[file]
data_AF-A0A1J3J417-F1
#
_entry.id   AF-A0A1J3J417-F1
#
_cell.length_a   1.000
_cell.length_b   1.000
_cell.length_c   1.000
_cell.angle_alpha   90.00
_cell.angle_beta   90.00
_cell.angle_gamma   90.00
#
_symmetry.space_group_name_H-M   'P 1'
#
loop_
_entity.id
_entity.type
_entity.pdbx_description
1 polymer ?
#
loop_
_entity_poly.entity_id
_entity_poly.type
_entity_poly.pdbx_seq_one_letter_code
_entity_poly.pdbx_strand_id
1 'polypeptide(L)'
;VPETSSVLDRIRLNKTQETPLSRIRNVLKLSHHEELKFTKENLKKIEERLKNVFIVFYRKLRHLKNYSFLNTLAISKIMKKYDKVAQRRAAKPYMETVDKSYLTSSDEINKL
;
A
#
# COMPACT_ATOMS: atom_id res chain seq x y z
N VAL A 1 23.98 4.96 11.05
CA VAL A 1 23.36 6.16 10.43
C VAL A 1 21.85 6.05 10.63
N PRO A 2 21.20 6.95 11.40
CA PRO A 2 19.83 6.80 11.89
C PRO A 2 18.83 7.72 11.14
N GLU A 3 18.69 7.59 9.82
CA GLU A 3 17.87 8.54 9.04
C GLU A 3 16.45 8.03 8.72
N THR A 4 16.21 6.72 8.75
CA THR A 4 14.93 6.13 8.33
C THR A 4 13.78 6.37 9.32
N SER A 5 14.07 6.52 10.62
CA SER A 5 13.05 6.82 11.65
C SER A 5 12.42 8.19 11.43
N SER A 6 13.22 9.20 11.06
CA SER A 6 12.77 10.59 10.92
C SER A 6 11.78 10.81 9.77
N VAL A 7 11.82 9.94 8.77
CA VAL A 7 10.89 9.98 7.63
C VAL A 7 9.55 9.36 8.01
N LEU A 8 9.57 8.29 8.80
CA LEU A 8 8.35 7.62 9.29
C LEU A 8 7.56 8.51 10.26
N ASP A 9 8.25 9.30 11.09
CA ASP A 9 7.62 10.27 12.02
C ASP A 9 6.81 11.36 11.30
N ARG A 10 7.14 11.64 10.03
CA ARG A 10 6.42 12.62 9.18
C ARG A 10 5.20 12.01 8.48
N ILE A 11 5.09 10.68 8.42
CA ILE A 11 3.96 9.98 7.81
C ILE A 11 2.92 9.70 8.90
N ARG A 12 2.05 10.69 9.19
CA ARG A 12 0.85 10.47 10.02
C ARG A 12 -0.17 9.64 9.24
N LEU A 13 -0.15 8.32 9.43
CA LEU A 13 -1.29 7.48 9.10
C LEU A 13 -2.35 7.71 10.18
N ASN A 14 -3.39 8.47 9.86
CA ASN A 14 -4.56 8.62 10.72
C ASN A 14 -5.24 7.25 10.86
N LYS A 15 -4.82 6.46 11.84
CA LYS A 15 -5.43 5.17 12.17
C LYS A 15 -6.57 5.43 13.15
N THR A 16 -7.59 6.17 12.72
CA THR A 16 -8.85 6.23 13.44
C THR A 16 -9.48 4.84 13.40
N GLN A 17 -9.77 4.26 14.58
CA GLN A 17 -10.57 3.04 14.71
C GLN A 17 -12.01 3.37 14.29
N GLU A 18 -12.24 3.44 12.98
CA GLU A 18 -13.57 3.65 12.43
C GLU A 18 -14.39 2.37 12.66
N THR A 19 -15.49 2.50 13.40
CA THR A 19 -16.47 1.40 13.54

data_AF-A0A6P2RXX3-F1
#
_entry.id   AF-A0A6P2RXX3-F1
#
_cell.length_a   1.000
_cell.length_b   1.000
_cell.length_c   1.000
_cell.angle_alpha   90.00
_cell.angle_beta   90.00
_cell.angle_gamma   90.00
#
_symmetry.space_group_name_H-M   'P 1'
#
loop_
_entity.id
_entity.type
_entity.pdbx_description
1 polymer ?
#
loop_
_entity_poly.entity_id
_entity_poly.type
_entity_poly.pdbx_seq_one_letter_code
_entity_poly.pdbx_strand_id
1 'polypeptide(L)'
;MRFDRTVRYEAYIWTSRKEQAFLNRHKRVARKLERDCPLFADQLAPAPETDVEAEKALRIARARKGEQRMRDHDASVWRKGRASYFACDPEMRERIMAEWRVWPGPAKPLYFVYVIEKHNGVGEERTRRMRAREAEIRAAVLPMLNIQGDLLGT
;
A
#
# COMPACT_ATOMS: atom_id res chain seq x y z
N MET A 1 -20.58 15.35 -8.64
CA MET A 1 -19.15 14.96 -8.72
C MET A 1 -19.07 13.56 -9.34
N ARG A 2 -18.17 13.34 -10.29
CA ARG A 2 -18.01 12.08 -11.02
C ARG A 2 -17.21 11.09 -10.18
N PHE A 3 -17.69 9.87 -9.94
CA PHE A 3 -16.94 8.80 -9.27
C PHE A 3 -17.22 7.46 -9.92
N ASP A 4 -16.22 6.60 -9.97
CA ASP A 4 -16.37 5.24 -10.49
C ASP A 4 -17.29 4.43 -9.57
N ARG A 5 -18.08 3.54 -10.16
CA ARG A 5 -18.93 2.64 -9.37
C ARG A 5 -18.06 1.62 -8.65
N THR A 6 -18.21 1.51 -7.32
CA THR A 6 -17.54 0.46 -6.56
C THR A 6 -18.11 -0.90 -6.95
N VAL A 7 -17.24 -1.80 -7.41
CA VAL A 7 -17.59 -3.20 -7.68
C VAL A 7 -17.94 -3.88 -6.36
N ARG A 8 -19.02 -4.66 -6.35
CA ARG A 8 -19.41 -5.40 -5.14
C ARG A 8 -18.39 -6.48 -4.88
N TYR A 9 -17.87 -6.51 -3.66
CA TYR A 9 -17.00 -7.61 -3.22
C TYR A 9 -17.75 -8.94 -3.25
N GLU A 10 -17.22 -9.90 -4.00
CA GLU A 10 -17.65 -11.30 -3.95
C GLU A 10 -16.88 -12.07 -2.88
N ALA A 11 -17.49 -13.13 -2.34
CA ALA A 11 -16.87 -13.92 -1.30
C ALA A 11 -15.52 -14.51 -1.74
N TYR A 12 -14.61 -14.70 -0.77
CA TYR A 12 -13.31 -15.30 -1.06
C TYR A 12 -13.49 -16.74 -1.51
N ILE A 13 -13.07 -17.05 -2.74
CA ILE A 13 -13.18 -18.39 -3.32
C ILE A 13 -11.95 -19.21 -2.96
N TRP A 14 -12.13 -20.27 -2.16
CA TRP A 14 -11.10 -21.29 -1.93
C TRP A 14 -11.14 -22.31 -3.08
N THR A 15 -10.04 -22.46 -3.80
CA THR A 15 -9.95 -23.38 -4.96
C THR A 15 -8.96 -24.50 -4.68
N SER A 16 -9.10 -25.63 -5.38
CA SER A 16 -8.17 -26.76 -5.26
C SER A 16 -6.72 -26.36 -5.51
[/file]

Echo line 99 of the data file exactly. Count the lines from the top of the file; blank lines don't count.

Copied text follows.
#